Schools use technology, common sense to fight plagiarism, cheating during exams
A CBC study of Canadian universities shows Saskatchewan is in the middle of the pack when it comes to academic cheating.
During the 2011-2012 academic year, 74 students at the University of Regina were brought before formal panels to face charges of academic dishonesty. That same year, 63 cases were heard at the University of Saskatchewan.
That places both schools behind Ottawa’s Carleton University, the school with the highest number of charges, but ahead of schools like the University of British Columbia.
While the proportion of cheating students is fairly low, both Saskatchewan universities say they know about the problem, and are doing their best to combat it.
“It’s extremely serious,” said Patti McDougall, vice-provost of Teaching and Learning at the University of Saskatchewan. “Any act of academic misconduct we would consider to be extremely serious.”
McDougall said the school sees a broad range of cases.
“On one end of the continuum, you could have a student, who, maybe in a moment of poor judgment, cuts and pastes something from the internet into a paper and doesn’t do the proper citations,” she said. “That could range all the way to a student who falsifies documents to enter the university, or a student who steals an assignment from the drop box.”
On the hunt
Experts say it’s unlikely all–or even most–academic cheaters are caught.
“Most studies find that about half of the students responding say that they’ve engaged in at least one form of academic dishonesty,” said Susan Bens, a U of S researcher who teaches professors how to deal with student plagiarism.
“If that would hold true, certainly at our university, we would have more cases each year than would come to formal light,” she said.
So, how do professors combat plagiarism? While the internet has broadened the field for cheaters, it’s also given professors new tools to crack down on them.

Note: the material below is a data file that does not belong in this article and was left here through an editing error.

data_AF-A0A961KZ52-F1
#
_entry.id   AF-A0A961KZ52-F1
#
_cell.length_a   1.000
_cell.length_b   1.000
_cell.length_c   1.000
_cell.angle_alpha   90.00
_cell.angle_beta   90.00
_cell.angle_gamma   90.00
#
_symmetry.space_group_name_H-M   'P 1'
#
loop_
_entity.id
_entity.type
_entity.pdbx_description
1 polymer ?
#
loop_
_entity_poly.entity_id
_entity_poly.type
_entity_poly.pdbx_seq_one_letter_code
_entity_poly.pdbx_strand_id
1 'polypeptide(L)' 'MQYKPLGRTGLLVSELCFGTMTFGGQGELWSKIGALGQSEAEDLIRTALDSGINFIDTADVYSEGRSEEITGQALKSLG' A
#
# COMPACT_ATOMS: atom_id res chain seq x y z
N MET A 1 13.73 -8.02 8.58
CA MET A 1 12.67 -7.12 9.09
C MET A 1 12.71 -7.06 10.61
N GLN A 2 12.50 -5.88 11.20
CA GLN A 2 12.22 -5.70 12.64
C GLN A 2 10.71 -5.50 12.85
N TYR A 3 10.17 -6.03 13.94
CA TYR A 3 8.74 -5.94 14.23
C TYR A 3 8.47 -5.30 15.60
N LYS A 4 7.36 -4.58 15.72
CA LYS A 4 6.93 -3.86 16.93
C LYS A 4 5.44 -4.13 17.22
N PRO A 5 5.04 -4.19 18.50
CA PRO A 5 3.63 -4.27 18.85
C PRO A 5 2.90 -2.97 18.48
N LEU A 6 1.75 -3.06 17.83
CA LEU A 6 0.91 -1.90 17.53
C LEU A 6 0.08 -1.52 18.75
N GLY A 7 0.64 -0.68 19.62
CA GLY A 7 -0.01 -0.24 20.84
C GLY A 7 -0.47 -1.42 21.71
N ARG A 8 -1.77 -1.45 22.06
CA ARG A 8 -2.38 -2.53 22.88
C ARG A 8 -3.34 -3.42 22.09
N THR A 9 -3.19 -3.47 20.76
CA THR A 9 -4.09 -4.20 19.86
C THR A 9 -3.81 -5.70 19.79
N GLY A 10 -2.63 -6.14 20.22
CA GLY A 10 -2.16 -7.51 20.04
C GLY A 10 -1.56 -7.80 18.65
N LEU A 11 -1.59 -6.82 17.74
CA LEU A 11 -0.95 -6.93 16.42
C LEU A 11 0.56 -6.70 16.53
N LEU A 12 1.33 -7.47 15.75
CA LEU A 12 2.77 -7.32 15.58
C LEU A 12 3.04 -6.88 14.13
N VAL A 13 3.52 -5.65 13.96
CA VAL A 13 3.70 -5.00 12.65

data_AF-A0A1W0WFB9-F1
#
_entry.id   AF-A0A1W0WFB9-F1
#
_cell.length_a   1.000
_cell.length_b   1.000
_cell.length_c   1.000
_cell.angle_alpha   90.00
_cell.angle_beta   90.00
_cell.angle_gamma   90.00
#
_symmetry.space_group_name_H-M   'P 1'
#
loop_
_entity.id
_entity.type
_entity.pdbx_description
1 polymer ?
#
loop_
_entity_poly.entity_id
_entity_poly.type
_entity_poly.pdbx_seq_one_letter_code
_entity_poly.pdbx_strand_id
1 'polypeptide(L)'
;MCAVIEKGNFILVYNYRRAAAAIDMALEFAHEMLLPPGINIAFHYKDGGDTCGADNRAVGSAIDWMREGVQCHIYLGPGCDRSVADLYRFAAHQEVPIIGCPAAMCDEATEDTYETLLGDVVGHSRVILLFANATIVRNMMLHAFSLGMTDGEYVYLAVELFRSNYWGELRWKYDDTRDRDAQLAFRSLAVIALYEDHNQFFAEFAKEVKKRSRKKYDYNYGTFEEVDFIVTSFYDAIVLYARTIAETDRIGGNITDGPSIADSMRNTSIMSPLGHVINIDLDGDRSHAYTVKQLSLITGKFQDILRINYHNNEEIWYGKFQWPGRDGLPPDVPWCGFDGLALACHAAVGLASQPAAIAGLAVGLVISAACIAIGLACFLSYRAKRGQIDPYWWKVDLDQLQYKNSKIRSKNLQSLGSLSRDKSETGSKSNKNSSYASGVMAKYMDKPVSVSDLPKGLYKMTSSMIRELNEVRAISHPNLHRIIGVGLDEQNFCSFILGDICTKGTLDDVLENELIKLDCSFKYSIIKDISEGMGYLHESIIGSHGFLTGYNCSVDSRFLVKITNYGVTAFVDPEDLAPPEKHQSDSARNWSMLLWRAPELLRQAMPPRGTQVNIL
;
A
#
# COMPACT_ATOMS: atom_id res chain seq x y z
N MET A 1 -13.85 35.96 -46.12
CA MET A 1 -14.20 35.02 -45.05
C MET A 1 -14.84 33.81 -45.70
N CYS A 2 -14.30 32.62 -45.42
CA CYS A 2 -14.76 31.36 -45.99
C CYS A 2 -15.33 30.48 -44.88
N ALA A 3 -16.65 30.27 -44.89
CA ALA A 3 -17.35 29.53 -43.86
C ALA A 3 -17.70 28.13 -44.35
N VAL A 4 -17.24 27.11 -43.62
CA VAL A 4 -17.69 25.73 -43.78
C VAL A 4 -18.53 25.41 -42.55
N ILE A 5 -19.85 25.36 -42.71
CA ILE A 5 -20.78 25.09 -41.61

Professors at the University of Regina have begun to use anti-cheating software called Turn It In. The software searches the web for similar phrases and flags it for professors.
“Students now have to work harder to conceal plagiarism when it’s going on,” said Richard Kleer, Dean of Arts at the U of R. “They used to be lazy in the past, and we could surprise them. But now they know we’re using it,” he said.
Both teachers and students have become more and more sophisticated in the battle against plagiarism. For example, sites that offer custom-made essays are popping up all over the world.
“The goal is to make it so expensive for students to cheat that they’ll decide just to do the work themselves,” he said.
However, many professors still use internet search engines and common sense to check for copied material.
“When you’re used to marking, over the years, you just become sensitive to stylistic discrepancies,” said Daniel Beland, Canada Research Chair in Public Policy. “Especially when you read a paper and it seems like a paragraph is written by someone else.”
Beland said some plagiarism, especially by first-year students, can be pretty blatant.
“When I find it right away, I almost feel insulted, because the student either thinks I’m really dumb or doesn’t think that I will discover it,” he said.
What to do
Both universities have serious penalties for cheating. Depending on the seriousness of the offense, and whether it’s a repeat infraction, students can face anything from a lower grade on an assignment to expulsion from the university.
However, U of S Vice-Provost Patti McDougall says it’s best to focus on prevention before cheating becomes an issue. She says the university does its best to teach students about how to properly cite sources and to not use others’ work.
“We take the front-end approach to try to educate students so that there aren’t those errors in judgement, so you cut out the careless misunderstanding kinds of cases.”